The Nichola Bulley disappearance has had the nation and media fixated on the case, there has been a lot of speculation and it has now been 20 days since the 45 year old mortgage adviser went missing while walking her dog near the River Wyre. What have the police done so far to find her?
In the first major statement outlining the investigation, police have said they have visited 300 premises, spoken to 300 people, received 1500 pieces of information, identified 700 vehicles and had 50 dashcam submissions received
Police also continue to comb the River Wyre and surrounding area down and out into the sea. They have also consulted with several national experts in their field, including environmental and tidal experts.
This investigation involves a dedicated team of more than 40 detectives sifting through hundreds of hours of CCTV and dashcam footage, speaking to numerous witnesses, carrying out digital enquiries and examining hundreds of pieces of information submitted by the public.
The search of the river included an intense search around the bench location, using sonar, underwater cameras and police divers. Police were also joined by SGI and Fire Service, who deployed their underwater drone ROV and pole cameras. This search was conducted down to the weir. Cumbria Police specialist search dogs joined the search too.
Below the weir Police Officers, Firefighters and Mountain Rescue carried out surface searches downstream towards Great Eccleston. The Fire Service boat was deployed along with assistance from Lancaster Search and Rescue volunteers. Police divers waded the weir, with the NPAS helicopter covering the length of the river.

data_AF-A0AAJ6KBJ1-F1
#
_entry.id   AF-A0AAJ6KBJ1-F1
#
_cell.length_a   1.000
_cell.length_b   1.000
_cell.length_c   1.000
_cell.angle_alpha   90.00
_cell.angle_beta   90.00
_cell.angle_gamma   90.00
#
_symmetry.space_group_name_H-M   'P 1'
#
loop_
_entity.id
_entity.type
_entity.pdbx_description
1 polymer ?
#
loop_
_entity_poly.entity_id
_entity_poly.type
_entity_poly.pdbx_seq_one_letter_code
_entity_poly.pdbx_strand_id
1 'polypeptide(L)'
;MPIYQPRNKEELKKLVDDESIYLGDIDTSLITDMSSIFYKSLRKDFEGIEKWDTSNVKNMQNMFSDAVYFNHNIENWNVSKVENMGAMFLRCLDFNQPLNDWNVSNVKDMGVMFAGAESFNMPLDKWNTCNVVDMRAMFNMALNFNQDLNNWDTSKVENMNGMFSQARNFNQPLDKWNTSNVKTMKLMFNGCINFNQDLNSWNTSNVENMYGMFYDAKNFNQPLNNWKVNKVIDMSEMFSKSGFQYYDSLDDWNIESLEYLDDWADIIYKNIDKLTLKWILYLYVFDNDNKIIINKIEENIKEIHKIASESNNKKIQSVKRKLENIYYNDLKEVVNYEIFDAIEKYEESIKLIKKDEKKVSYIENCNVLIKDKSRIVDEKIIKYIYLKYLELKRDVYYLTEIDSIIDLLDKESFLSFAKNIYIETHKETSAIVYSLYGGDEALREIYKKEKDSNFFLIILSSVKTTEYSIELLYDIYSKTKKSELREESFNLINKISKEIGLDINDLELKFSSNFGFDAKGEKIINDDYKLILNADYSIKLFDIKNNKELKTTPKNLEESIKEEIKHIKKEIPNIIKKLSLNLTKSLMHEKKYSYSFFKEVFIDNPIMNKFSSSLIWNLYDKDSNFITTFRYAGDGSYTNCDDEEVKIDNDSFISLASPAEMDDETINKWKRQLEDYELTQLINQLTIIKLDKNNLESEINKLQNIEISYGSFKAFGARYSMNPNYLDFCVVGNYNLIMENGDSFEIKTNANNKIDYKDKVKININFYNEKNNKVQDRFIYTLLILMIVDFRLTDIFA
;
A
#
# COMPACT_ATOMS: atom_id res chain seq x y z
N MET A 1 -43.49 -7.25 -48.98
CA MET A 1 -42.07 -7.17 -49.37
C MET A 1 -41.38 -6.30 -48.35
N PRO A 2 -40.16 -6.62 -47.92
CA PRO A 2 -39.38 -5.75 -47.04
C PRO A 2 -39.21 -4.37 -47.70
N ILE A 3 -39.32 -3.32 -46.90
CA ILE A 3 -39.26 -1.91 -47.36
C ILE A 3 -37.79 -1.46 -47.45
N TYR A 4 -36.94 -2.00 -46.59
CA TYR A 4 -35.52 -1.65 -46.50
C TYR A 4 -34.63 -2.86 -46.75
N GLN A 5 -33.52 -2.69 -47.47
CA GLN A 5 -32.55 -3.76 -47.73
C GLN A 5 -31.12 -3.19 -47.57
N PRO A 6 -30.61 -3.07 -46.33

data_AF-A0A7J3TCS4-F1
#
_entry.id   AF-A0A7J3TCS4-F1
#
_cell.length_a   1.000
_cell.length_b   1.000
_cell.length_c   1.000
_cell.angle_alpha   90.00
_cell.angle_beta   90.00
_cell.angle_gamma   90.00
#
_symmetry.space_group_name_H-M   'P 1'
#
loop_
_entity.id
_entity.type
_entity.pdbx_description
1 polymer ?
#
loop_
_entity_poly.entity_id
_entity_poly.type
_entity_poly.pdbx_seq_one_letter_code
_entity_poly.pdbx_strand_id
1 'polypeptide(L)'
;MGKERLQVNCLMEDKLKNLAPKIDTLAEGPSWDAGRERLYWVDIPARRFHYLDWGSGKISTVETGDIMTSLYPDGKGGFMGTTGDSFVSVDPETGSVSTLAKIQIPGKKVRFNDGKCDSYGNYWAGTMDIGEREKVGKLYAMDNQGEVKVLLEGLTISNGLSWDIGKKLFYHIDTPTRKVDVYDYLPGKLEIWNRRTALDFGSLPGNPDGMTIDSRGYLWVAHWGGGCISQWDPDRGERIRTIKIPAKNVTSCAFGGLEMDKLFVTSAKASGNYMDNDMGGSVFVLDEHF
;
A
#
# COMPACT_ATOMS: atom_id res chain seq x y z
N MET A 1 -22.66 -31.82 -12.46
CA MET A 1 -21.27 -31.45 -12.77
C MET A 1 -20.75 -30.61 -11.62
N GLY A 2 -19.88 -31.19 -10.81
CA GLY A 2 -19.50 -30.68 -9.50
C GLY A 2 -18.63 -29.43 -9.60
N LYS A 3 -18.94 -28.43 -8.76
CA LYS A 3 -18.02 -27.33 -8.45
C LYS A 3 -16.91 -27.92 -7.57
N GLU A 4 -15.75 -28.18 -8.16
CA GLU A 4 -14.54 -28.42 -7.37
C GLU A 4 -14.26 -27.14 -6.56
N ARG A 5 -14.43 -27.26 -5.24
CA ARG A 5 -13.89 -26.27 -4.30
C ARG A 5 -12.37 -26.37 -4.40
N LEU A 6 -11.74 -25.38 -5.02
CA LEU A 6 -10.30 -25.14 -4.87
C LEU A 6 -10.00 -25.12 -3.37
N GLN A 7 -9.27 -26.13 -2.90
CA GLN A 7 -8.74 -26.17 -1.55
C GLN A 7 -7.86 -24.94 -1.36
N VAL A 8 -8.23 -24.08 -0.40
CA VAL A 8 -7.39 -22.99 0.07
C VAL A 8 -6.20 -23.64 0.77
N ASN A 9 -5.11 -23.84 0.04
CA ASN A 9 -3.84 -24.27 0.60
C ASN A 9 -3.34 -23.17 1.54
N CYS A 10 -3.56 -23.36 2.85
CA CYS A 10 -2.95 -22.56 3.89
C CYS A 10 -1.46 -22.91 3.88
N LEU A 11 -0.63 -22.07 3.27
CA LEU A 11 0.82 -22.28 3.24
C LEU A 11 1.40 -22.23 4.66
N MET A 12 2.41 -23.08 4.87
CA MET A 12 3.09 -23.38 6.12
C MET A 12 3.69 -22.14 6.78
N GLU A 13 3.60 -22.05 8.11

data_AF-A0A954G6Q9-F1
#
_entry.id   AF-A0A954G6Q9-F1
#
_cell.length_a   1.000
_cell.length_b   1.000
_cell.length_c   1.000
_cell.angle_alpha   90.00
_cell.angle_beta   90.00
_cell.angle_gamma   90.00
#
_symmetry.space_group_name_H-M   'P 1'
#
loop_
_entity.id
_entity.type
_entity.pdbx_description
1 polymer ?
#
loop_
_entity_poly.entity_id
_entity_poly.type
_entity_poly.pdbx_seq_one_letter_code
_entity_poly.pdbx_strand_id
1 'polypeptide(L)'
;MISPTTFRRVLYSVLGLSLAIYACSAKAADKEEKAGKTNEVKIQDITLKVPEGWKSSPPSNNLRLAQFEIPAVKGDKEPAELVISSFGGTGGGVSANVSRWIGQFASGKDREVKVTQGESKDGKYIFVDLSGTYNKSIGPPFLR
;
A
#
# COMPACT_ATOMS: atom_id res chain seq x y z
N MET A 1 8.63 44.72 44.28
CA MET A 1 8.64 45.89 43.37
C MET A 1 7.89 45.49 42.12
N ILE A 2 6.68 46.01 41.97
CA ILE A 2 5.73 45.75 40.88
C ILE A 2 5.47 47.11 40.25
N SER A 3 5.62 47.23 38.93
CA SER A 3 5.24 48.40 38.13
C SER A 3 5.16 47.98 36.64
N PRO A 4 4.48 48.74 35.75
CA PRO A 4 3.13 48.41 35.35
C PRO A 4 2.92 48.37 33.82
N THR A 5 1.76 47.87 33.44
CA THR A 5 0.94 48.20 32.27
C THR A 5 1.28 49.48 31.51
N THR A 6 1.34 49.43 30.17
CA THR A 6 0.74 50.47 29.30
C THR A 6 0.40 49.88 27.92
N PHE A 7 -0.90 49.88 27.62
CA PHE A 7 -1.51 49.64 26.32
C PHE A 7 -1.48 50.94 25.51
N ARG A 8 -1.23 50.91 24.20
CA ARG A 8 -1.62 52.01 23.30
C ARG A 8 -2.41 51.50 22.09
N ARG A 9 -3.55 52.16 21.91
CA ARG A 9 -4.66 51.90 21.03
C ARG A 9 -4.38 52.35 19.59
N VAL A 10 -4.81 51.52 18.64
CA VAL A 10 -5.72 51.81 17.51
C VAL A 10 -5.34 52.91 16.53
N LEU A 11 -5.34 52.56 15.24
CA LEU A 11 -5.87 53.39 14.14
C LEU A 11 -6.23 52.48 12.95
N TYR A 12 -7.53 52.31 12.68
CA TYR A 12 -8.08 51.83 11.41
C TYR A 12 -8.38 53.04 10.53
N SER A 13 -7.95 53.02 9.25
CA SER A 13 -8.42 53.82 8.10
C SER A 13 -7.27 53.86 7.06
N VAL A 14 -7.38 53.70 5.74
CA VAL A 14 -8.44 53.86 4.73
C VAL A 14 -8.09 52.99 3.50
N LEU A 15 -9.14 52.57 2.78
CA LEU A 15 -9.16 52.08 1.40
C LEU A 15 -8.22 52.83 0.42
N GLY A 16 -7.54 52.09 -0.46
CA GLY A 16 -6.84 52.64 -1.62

Police have continued expanding the search further to the sea following expert advice from the Environment Agency, academics and government oceanographer. Sonar was used continually down the river as far as Cartford Bridge, where a tidal stretch starts. Defence science and technology laboratory have assisted with these searches too.
From Cartford to the coast HM Coastguard, Police Marine Units, Police Dogs, West Cumbria Search and Rescue and volunteers from Specialist Search Dogs carried out continued searches. They were supported by Fleetwood Inshore Lifeboat Maritime Volunteer Service.
Police have also carried out a search of the land in the immediate vicinity of the area where Nicola was last seen. This consisted of police search teams with trained Counter Terrorist Officers carrying out extensive area searches. They were joined by police dogs and drones.
Fire and Rescue dogs and Firefighters were on the ground assisting the search efforts, as well as 24 Bowland Pennine Mountain Rescue volunteers.
The National Police Air Service helicopter was deployed to search the area.
Wyreside Farm caravan site and the caravans were searched, as well as the abandoned house identified.
All searches carried out followed the nationally established search procedures.
- 08:26hrs – Nicola leaves her home address.
- 08:40hrs – Nicola’s children start school.
- 09:01hrs – Nicola was with her dog in a field south of Rowanwater caravan park at St Michael’s on Wyre. She logged into a Teams call. She remained on mute with her video off through out the call, which was not unusual for Nicola.
- 09:10hrs – A witness who knows Nicola saw her on the upper field.
- 09:33hrs – The phone was found on the bench, still connected to the Teams call, which had ended at 09:30hrs.
- 11:01hrs – Nicola was reported to us as a missing person and immediately graded as high risk.
- 12:00hrs – Specialist officers were assigned, commencing foot patrols including evidence gathering associating with missing persons, as well as speaking to family, friends and witnesses.
- 12:18hrs – Police drone was utilised to search the fields and immediate area.
- 13:10hrs – National Police Air Service (NPAS) deployed to the same area.
- 13:14hrs – Lancashire FRS on scene using thermal imaging, search dogs and land searches.
- 14:30hrs – Partner agencies, including mountain rescue, underwater search and marine units were deployed.